Founded in 2015, Dirt Dogs Theatre Company “collaborates with other Houston artists and playwrights to provide an opportunity for new works to be seen” – and this includes works by the next generation of aspiring playwrights.
Since 2018, the company has hosted a competition and showcase of plays by high school students. It is currently accepting submissions for its 2022 Student Playwright Festival.
The festival is open to high school seniors in the Greater Houston area, who are invited to submit previously unproduced one-act plays, up to 30 minutes in length. The deadline is February 11, 2022. Rules and application are available here.
Three to five plays will be selected to be produced by the festival on June 8, 2022 at the MATCH, with the winning playwrights in attendance as guests of honor.
Each winner will also receive a $500 scholarship and the experience of preparing their works for the stage – including mentorship by a Houston-based playwright and participation in the rehearsal process leading up to the festival.
A unique opportunity for area students, Dirt Dogs Theatre Company’s Student Playwright Festival is the only one of its kind open to high school students across the city, based on Houston Arts Journal’s review of multiple local theater organizations.
Other local efforts to engage teens indicate an active youth theater scene overall in Houston, with an emphasis on performance – including youth training programs offered by the Alley Theatre, Ensemble Theatre, Main Street Theater, Stages, and Theater Under The Stars. The University of Houston’s School of Theatre and Dance also produces an annual 10-Minute Play Festival that showcases new works by college playwrights in its B.F.A. program.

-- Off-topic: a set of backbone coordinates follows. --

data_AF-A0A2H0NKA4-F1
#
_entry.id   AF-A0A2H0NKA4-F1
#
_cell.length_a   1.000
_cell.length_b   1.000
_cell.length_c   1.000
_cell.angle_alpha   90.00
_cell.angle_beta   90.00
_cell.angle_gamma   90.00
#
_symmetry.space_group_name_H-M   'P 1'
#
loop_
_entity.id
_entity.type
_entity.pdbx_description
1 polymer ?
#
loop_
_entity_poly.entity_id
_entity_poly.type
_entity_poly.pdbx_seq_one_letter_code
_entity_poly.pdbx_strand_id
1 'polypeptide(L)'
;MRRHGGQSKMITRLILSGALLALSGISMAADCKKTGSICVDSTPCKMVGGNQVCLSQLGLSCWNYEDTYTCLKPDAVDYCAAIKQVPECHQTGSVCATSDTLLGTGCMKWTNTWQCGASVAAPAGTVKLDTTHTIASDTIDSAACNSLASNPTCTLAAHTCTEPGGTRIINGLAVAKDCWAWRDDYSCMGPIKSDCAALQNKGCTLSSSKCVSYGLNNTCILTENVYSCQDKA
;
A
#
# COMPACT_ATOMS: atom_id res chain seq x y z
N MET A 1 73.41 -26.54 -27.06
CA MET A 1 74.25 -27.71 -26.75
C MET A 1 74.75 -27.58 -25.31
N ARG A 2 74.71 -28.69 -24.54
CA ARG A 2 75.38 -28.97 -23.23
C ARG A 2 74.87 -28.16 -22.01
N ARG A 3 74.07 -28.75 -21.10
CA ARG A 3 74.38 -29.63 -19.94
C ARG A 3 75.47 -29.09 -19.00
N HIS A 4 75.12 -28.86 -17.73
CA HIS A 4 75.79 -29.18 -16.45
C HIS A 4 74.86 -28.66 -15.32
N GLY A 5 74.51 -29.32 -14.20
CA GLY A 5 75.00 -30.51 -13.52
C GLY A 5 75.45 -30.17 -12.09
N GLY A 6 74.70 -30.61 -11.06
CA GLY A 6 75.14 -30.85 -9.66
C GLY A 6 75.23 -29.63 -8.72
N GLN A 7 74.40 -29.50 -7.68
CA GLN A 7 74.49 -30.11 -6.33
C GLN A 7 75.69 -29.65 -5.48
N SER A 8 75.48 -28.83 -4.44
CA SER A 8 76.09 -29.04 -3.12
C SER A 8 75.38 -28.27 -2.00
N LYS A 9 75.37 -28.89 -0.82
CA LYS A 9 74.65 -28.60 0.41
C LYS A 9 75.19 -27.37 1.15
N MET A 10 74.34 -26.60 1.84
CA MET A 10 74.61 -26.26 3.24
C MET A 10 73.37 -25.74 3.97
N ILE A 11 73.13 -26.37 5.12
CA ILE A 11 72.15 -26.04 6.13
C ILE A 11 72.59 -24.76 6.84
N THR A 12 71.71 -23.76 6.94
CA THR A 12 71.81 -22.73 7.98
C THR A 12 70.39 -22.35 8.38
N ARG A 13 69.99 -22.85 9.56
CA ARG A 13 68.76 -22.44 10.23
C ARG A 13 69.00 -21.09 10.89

Houston Arts Journal reached out to Trevor B. Cone, Executive Director of Dirt Dogs Theatre Company, for the following interview to find out more about the impact of its Student Playwright Festival (SPF).
Is there any story behind the festival? How and why did you start it?
Our younger daughter, Sydney, took a playwriting class at her high school in the spring of 2017. Their semester concluded with each of the students in the class producing their plays. The performances were done over a weekend and were mainly attended by friends and family.
We figured there were other high school students who were also playwrights that maybe didn’t have an opportunity to see their work go from the page to the stage but would really benefit from it. After some brainstorming with our artists in residence, Doug Williams and Donna McKenzie, the framework for the Student Playwright Festival was built and then launched in 2018.
The first two festivals took place in June 2018 and 2019. The 2020 SPF was postponed due to COVID and was held in November in 2021.
How many student plays have you produced through the festival so far? Are there any particular plays or experiences of mentoring past winners that stand out?
Each SPF has featured three plays, so in total we have produced nine. The mentors have each formed lasting relationships with one or more of the students they have mentored that have extended beyond the festival into their college and adult lives. We continue to hear stories of other projects their students have worked on because of the connections established by the SPF.
How is the scholarship funded?
So far, we have been very fortunate to have the scholarships underwritten by a mixture of individual, corporate, and foundation gifts. Our first SPF scholarships were funded by the Salners Family Foundation. Since then, we have been sponsored by Carrabba’s Original, and this year we received funding from the J. Flowers Health Institute.